Column | Do You Trust Trump on Gun Control?
Donald Trump, the man who needs a cue-card to feign basic human empathy, is serious about gun control?
Yeah, right. This is still the same president whose promises far outperform his actual ability to carry them out.
Remember when Trump promised a spectacular replacement for Obamacare? That hasn't happened. In fact, he made it worse.
Trump promised a massive infrastructure program. What we got relies on a paltry $200 billion investment from the federal government to magically conjure $1.5 trillion from private interests and cash-strapped state and local governments.
He loved the Dreamers until he squeezed them so he could get more money for his preposterous border wall. And immigration reform, of any kind, remains at a standstill.
And now we're supposed to believe that he'll successfully push for comprehensive background checks, raise the age of gun-purchasers to 21 and move to ban bump-stocks?
It would be nice to think Trump is serious about actually doing any of those things. Unfortunately, hard experience teaches us that his desire for approval far outweighs his desire to make substantive policy change.
"Only one candidate in the general election came to speak to you, and that candidate is now the president of the United States, standing before you," Trump said at the NRA’s 2017 annual convention, according to The New York Times. "You came through for me, and I am going to come through for you."
On Thursday, Trump doubled-down on his support for the NRA, calling them "great American patriots," on Twitter.
According to NBC News, the NRA donated $21 million to Trump's 2016 presidential campaign. When Republicans in Congress starts feeling the heat, Trump's base begins to squawk and the NRA mobilizes gun owners, who do you think is going to win the argument?
Sadly, it probably won't be the kids from Parkland.
Still, as with everything with Trump, it's more important to watch what he does, not what he says.
Take, for instance, how Trump proposed to ban bump-stocks, which allow semi-automatic weapons to be converted into nearly automatic weapons.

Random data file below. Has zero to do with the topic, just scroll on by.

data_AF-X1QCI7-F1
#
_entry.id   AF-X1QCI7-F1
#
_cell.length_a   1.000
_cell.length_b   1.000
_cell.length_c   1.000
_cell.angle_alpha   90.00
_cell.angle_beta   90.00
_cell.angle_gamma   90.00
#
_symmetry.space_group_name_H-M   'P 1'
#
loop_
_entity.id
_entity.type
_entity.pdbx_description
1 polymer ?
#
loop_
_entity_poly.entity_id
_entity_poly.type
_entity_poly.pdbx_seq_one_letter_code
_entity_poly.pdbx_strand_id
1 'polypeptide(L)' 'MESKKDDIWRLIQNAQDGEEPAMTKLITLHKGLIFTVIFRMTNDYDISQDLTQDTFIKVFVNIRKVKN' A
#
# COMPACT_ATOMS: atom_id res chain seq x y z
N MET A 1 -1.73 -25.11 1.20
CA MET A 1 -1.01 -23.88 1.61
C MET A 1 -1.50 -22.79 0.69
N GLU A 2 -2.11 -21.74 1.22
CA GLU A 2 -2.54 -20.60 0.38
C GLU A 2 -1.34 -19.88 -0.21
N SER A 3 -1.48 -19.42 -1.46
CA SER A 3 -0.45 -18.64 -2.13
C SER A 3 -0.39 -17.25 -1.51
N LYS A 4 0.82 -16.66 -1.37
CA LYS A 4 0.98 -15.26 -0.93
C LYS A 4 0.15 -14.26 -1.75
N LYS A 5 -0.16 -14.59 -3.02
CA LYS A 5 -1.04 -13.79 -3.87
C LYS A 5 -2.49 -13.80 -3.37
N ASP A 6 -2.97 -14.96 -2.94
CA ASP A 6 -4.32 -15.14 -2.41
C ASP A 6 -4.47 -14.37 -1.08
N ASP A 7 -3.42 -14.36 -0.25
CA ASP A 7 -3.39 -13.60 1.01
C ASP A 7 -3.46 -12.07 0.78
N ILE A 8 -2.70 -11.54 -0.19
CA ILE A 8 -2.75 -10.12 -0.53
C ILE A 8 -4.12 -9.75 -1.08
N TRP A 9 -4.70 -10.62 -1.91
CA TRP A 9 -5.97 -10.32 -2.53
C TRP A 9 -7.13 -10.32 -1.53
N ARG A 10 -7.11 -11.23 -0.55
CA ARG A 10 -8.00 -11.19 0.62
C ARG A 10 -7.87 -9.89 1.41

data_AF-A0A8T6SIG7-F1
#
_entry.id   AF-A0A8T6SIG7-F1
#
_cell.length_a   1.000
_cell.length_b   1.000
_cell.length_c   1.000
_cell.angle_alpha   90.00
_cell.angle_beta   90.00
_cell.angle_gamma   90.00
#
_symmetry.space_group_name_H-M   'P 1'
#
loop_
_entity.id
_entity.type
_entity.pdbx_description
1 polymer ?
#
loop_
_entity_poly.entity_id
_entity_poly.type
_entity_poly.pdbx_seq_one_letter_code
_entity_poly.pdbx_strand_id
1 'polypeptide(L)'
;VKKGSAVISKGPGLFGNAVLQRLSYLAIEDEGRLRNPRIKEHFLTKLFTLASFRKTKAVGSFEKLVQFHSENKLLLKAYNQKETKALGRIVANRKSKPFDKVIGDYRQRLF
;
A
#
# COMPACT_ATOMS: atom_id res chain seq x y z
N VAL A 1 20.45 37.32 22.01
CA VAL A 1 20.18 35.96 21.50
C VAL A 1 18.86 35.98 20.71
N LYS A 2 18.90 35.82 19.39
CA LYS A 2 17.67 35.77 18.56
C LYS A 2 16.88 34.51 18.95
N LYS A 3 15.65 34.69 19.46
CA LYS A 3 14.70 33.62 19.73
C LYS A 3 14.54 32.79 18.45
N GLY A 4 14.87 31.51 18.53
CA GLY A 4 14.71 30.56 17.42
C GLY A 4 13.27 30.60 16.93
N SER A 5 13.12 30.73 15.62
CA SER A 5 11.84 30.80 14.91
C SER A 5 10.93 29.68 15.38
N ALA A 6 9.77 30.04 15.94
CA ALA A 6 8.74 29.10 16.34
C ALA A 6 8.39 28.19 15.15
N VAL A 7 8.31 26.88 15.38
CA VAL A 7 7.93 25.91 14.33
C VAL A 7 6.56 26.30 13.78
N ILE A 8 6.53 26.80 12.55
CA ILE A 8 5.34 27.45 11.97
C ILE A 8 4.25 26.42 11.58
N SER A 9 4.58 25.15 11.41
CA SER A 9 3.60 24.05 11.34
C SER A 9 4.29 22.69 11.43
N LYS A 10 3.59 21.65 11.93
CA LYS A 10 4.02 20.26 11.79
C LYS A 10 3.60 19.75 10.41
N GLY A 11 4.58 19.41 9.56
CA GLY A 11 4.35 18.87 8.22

He signed a memo recommending that Attorney General Jeff Sessions propose regulations to ban bump stocks. Unfortunately, there are more if/then statements baked into it than one of the old BASIC programs you wrote in middle school.
That's because the argument over any new regulation could rage on for months as it goes through the standard regulatory review process -- let alone any litigation.
The faster way to ban bump-stocks would be through legislation, which Sen. Dianne Feinstein, the ranking Democrat on the Senate Judiciary Committee, has said is the only answer.
That's because, as The Washington Examiner reports, the Bureau of Alcohol, Tobacco and Firearms lacks the power to ban the weapons on their own, leaving a bill the only answer.
"If [the] ATF tries to ban these devices after admitting repeatedly that it lacks the authority to do so, that process could be tied up in court for years, and that would mean bump stocks would continue to be sold. Legislation is the only answer," Feinstein said in a statement.
Getting such a bill passed, though? That's another matter entirely.
That depends on whether such a bill could garner "60 votes in the Senate," and clear the U.S. House, U.S. Sen. Pat Toomey, R-Pa., told me this week.
At an appearance at the state Capitol in Harrisburg, Pa., Toomey said he does think "there is broad Republican support for using legitimate regulatory authority" to regulate bump stocks in the same way the government strictly regulates civilian access to fully automatic weapons.
"Whether that translates into legislation or not, I'm not sure," said Toomey, one of the Senate GOP's most vocal proponents of expanding background checks for gun purchases.
Toomey told reporters that he wants to talk to Trump about expanded background checks. The Pennsylvania Republican said he will probably reintroduce the compromise measure he initially crafted with U.S. Sen. Joe Manchin, D-W.Va., that fell six votes short of the number needed to pass the Senate in 2013.
"My goal is to move this process forward," he said. "It might take some tweaks to the legislation. I'm open to that. I do think it is reasonable to require a background check on commercial gun sales."
And that may be what it takes to keep Trump's famously short attention span focused on this issue.
If Toomey and other senior lawmakers stay focused on this potent (election-year) issue, which could require a spinal transplant in the face of NRA pressure, Trump may remain focused as well.
Left to his own devices, the president will just move on to the next Twitter fight.
Copyright 2018 John L. Micek, distributed by Cagle Cartoons newspaper syndicate.
An award-winning political journalist, Micek is the Opinion Editor and Political Columnist for PennLive/The Patriot-News in Harrisburg, Pa. Readers may follow him on Twitter @ByJohnLMicek and email him at email@example.com.